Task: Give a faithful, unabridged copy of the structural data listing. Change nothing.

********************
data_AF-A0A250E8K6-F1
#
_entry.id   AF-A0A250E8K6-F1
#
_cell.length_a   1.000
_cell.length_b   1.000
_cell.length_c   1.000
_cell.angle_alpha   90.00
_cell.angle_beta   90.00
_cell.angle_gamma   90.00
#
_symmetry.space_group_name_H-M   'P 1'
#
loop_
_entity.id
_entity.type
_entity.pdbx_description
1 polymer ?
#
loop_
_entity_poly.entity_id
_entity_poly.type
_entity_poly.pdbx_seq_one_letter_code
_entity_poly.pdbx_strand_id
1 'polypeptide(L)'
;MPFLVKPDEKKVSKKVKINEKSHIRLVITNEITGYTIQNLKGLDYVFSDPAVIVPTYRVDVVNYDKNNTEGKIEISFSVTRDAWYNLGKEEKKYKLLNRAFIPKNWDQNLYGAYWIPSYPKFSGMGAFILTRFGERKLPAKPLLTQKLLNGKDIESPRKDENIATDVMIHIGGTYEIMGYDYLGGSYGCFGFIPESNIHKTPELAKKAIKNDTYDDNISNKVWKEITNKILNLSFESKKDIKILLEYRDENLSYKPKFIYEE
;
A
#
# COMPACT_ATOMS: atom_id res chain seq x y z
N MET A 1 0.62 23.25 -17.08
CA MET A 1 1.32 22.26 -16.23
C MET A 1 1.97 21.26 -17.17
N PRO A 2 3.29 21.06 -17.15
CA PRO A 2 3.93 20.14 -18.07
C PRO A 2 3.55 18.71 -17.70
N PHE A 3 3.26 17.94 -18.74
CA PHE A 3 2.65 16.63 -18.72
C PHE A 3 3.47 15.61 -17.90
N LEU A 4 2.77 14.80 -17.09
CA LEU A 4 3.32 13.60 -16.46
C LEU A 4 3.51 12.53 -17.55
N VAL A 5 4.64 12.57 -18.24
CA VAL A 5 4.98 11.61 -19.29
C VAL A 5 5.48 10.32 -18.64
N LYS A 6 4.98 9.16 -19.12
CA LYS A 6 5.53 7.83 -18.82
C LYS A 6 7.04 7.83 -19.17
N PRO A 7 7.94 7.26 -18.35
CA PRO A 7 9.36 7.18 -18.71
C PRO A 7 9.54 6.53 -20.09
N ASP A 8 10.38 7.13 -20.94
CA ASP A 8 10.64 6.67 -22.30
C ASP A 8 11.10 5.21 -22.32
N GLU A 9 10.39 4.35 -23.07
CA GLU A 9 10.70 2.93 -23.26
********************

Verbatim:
data_AF-A0A250E8K6-F1
#
_entry.id   AF-A0A250E8K6-F1
#
_cell.length_a   1.000
_cell.length_b   1.000
_cell.length_c   1.000
_cell.angle_alpha   90.00
_cell.angle_beta   90.00
_cell.angle_gamma   90.00
#
_symmetry.space_group_name_H-M   'P 1'
#
loop_
_entity.id
_entity.type
_entity.pdbx_description
1 polymer ?
#
loop_
_entity_poly.entity_id
_entity_poly.type
_entity_poly.pdbx_seq_one_letter_code
_entity_poly.pdbx_strand_id
1 'polypeptide(L)'
;MPFLVKPDEKKVSKKVKINEKSHIRLVITNEITGYTIQNLKGLDYVFSDPAVIVPTYRVDVVNYDKNNTEGKIEISFSVTRDAWYNLGKEEKKYKLLNRAFIPKNWDQNLYGAYWIPSYPKFSGMGAFILTRFGERKLPAKPLLTQKLLNGKDIESPRKDENIATDVMIHIGGTYEIMGYDYLGGSYGCFGFIPESNIHKTPELAKKAIKNDTYDDNISNKVWKEITNKILNLSFESKKDIKILLEYRDENLSYKPKFIYEE
;
A
#
# COMPACT_ATOMS: atom_id res chain seq x y z
N MET A 1 0.62 23.25 -17.08
CA MET A 1 1.32 22.26 -16.23
C MET A 1 1.97 21.26 -17.17
N PRO A 2 3.29 21.06 -17.15
CA PRO A 2 3.93 20.14 -18.07
C PRO A 2 3.55 18.71 -17.70
N PHE A 3 3.26 17.94 -18.74
CA PHE A 3 2.65 16.63 -18.72
C PHE A 3 3.47 15.61 -17.90
N LEU A 4 2.77 14.80 -17.09
CA LEU A 4 3.32 13.60 -16.46
C LEU A 4 3.51 12.53 -17.55
N VAL A 5 4.64 12.57 -18.24
CA VAL A 5 4.98 11.61 -19.29
C VAL A 5 5.48 10.32 -18.64
N LYS A 6 4.98 9.16 -19.12
CA LYS A 6 5.53 7.83 -18.82
C LYS A 6 7.04 7.83 -19.17
N PRO A 7 7.94 7.26 -18.35
CA PRO A 7 9.36 7.18 -18.71
C PRO A 7 9.54 6.53 -20.09
N ASP A 8 10.38 7.13 -20.94
CA ASP A 8 10.64 6.67 -22.30
C ASP A 8 11.10 5.21 -22.32
N GLU A 9 10.39 4.35 -23.07
CA GLU A 9 10.70 2.93 -23.26